Disney Springs is a shopping, dining and entertainment mecca in the shadows of Walt Disney World’s theme parks.
But it is not just that.
It’s a melting pot of, not just America, but of the world.
Stroll along the wide boulevards of the outdoor-indoor complex and you’ll hear Spanish and French, Chinese and Portuguese, and accents from all over the United States.
You can read the complex’s website in English, Spanish, French and Portuguese, too.
Visitors come from everywhere.
You’ll see little girls in shiny princess dresses, boys wearing Pluto ears, and adults in T-shirts and sweatshirts from Key West to Alaska.
Restaurants at Disney Springs span the globe, too.
An Asian restaurant serves dim sum and egg rolls, while a Mexican one offers carne asada. A large Brazilian restaurant serves skewered meat, while a French bakery specializes in fancy cakes, and an Italian trattoria in paninis and handmade pastas.
The Polite Pig offers Southern barbecue pork and chicken, The House of Blues combines beer, blues and BBQ.
The 69 restaurants and cafes in the complex sell pizza, fried chicken, churros, poutine, burgers, donuts and everything else imaginable.
By far, the most popular eatery when we were there was Gideon’s Bakehouse. At least 200 people stood patiently in line to wait for one person to come out so one more could go in.
The place specializes in small-batch “from scratch” cookies, weighing what they claim are almost a half- pound. The cost is $6 to $6.50 per cookie.
Most people probably flock to Disney Springs for the food, or to the movies at a dine-in AMC theater, or to see a spectacular show at Cirque du Soleil, which has its own soaring building there.
But it’s just as much fun to watch the people enjoying themselves in a pleasant environment.
On a recent Saturday, thousands of people of all ages mingled together along the boulevards, in the restaurants and shops. Despite the numbers, it all seemed very orderly. Very civil.
It was crowded, yes, but the crowds flowed, escalators took throngs to and from giant parking lots that are color-coded so visitors could remember where they parked.
“No one organizes better than Disney,” one man said, watching the processions. “That’s Disney’s specialty.”
The area Disney Springs now covers along Lake Buena Vista has evolved over the years. It started out as an area of nightlife, with bars and restaurants attracting mostly adults.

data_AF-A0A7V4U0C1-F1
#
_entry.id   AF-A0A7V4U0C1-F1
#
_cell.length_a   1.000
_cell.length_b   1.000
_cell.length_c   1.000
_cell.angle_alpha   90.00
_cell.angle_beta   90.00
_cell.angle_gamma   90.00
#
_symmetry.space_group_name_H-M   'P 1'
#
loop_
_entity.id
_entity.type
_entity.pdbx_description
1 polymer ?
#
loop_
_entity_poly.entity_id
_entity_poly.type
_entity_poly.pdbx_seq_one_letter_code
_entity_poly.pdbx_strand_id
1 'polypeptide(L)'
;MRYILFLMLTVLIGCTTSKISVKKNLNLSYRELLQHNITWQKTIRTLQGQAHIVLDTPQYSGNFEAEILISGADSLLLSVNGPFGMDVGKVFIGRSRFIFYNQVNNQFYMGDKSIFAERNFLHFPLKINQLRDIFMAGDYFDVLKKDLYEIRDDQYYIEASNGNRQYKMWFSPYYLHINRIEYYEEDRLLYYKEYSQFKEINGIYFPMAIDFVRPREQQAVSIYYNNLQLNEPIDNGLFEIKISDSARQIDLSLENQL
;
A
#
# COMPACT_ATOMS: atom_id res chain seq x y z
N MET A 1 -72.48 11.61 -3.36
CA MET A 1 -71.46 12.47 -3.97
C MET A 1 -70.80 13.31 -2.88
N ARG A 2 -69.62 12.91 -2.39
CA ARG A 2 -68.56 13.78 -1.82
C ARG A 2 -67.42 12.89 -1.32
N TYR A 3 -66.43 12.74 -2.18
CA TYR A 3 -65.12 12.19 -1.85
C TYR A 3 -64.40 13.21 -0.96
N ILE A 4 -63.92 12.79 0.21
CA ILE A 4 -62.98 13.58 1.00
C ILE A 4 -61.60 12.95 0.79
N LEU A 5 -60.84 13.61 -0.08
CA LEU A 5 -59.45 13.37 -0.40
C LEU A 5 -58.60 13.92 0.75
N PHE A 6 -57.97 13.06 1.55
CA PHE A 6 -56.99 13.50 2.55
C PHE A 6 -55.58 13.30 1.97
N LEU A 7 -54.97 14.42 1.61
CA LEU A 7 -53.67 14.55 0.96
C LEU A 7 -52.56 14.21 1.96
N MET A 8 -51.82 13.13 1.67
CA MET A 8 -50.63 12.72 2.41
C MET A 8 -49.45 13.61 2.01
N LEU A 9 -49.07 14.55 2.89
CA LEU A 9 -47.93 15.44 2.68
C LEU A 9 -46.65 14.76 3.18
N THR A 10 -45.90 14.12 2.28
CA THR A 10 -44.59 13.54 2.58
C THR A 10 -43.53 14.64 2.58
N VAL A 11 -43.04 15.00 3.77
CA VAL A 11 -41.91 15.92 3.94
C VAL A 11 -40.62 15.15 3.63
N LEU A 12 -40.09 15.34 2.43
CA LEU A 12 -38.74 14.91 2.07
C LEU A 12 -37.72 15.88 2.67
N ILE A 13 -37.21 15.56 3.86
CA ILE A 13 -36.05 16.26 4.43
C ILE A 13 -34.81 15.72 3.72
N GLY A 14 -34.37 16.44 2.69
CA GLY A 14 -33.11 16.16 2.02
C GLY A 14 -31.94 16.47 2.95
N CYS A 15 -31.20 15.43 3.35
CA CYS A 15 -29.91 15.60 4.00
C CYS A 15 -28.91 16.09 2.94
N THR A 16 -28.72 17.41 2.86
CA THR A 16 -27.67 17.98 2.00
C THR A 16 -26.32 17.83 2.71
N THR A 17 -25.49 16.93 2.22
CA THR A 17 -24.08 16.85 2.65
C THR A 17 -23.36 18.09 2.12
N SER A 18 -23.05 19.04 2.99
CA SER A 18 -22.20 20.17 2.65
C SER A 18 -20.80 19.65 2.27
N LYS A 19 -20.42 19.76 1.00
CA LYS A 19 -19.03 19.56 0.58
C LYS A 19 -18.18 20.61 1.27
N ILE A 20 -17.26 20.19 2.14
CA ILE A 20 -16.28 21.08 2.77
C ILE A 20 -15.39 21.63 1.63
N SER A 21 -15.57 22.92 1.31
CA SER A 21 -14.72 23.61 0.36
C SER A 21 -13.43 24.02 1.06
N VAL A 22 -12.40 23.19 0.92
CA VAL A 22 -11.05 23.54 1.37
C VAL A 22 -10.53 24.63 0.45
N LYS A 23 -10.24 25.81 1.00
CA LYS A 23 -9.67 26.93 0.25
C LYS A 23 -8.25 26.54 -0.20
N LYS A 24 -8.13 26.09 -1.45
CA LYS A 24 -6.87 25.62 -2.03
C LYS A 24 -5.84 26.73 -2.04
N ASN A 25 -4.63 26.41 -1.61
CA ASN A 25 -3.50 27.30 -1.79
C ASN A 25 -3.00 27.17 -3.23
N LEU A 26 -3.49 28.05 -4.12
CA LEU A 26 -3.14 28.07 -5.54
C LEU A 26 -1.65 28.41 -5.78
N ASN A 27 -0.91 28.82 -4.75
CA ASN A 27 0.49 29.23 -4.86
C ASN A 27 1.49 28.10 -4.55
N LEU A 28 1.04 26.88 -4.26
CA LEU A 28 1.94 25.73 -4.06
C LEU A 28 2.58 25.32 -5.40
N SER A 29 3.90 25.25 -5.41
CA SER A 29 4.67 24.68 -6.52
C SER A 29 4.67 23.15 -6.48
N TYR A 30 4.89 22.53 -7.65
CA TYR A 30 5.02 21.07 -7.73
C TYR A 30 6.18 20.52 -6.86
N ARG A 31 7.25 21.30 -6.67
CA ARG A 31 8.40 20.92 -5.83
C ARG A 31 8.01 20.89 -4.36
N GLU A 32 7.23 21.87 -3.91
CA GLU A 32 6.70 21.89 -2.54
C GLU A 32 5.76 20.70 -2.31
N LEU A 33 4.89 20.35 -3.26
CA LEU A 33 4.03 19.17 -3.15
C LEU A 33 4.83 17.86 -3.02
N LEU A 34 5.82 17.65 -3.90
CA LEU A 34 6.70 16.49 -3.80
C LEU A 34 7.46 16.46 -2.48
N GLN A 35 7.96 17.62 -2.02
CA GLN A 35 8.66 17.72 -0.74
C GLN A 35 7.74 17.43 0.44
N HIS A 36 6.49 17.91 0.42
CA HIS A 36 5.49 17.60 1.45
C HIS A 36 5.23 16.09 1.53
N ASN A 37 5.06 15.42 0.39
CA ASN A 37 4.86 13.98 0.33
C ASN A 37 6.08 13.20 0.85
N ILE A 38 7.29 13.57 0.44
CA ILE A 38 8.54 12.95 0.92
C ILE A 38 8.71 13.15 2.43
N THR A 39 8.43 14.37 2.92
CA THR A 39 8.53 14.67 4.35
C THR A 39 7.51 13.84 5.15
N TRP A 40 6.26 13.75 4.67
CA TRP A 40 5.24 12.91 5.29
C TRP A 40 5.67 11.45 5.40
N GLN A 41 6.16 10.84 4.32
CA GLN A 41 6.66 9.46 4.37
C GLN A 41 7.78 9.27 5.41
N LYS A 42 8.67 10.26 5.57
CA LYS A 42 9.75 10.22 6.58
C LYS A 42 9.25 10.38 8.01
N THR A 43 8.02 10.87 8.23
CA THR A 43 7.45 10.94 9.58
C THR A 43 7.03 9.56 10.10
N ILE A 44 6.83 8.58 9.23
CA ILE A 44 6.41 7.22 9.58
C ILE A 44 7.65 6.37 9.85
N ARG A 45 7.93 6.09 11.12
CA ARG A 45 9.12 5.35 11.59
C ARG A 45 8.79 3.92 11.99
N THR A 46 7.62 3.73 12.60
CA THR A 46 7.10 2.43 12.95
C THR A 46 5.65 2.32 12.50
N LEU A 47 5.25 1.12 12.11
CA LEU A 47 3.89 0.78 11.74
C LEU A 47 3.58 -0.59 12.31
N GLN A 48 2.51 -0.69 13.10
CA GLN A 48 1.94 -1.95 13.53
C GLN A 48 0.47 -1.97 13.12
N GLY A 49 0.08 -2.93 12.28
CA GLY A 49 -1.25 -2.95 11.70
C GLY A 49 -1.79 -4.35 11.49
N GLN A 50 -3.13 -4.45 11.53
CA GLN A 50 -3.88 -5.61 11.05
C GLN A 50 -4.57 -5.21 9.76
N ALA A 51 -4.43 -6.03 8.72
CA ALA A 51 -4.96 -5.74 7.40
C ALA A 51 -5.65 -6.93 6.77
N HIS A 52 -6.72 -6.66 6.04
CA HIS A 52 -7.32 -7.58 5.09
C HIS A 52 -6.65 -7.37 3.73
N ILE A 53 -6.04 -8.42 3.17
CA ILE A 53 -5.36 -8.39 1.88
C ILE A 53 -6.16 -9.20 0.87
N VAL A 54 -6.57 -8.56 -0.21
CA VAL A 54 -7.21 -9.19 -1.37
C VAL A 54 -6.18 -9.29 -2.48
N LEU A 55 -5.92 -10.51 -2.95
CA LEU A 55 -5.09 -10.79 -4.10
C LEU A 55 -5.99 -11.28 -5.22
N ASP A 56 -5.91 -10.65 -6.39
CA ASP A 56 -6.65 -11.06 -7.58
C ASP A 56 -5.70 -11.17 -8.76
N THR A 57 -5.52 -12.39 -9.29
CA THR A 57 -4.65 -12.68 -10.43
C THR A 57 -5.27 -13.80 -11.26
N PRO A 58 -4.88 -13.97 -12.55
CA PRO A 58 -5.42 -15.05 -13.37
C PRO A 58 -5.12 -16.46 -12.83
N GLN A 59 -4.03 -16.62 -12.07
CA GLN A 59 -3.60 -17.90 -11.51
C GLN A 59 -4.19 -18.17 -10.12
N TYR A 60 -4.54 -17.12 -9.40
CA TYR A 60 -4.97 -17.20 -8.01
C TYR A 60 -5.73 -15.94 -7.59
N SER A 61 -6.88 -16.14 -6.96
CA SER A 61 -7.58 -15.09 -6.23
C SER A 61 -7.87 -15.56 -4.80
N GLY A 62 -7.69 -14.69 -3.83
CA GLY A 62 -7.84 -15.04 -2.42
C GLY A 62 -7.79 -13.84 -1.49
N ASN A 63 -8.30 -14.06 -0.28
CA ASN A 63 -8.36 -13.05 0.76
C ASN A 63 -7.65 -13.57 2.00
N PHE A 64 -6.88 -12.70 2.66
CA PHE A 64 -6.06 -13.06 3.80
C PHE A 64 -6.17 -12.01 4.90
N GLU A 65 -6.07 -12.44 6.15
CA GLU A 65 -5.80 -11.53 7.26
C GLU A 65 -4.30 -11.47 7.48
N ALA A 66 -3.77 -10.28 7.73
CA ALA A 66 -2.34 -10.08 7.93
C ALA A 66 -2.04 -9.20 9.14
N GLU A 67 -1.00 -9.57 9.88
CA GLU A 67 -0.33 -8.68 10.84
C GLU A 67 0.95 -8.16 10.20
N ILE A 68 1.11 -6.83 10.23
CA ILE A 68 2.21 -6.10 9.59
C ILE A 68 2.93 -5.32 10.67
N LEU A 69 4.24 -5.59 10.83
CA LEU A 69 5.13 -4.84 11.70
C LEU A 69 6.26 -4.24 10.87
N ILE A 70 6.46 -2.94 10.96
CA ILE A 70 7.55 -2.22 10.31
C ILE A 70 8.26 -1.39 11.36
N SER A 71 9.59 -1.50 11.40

Then it expanded to a place for families, too, with the movie theater, restaurants, boat rides and even a giant record store. The record store is gone now, but the area has Splitsville Luxury Lanes for upscale bowling, a giant balloon ride and little colorful vintage sports cars that float along the lake.
A newer area has been added over the years to include all sorts of stores. Coach, Columbia Sportswear, Under Armour, Lacoste, The Lego Store, Star Wars Trading Post, Anthropologie, Tommy Bahama, Kate Spade New York, and even a Ron Jon Surf Shop are among the 97 places to shop.
For kids, there’s a giant Disney store, candy and ice cream shops, an M&M store, a soccer store, a Super Hero Headquarters and the Dino-Store at T-Rex, featuring a 15-foot T-Rex and discovery zones for dino enthusiasts.
One shop sells chocolate-covered apples sporting Mickey Mouse and Minnie Mouse ears.
Many buildings are Mediterranean, with red tiled roofs. One along the lake looks like a rustic boathouse on a working wharf. Old-fashioned street lamps light up at night. Musicians entertain on a stage looking out over the lake.
The boulevards get more crowded as the day progresses, as babies nap in strollers and tired shoppers rest on park benches.
On the day we visited, bubbles mysteriously started floating over kids in Mickey Mouse ears, around teens snapping selfies and adults clutching shopping bags. Bubbles breezed across shop windows, spun overhead.
No one seemed to know where they were coming from, but everyone watched as they sailed lazily toward the sky. They made me think of a sign I had seen that day in a shop window: Be as happy everywhere else as you were here today.
Where: Disney Springs, 1486 Buena Vista Drive, Lake Buena Vista
When: Hours vary, but most days are 10 a.m. to 11 p.m.
Info: DisneySprings.com offers an interactive map, visitor and parking information and entertainment details.
Published February 14, 2024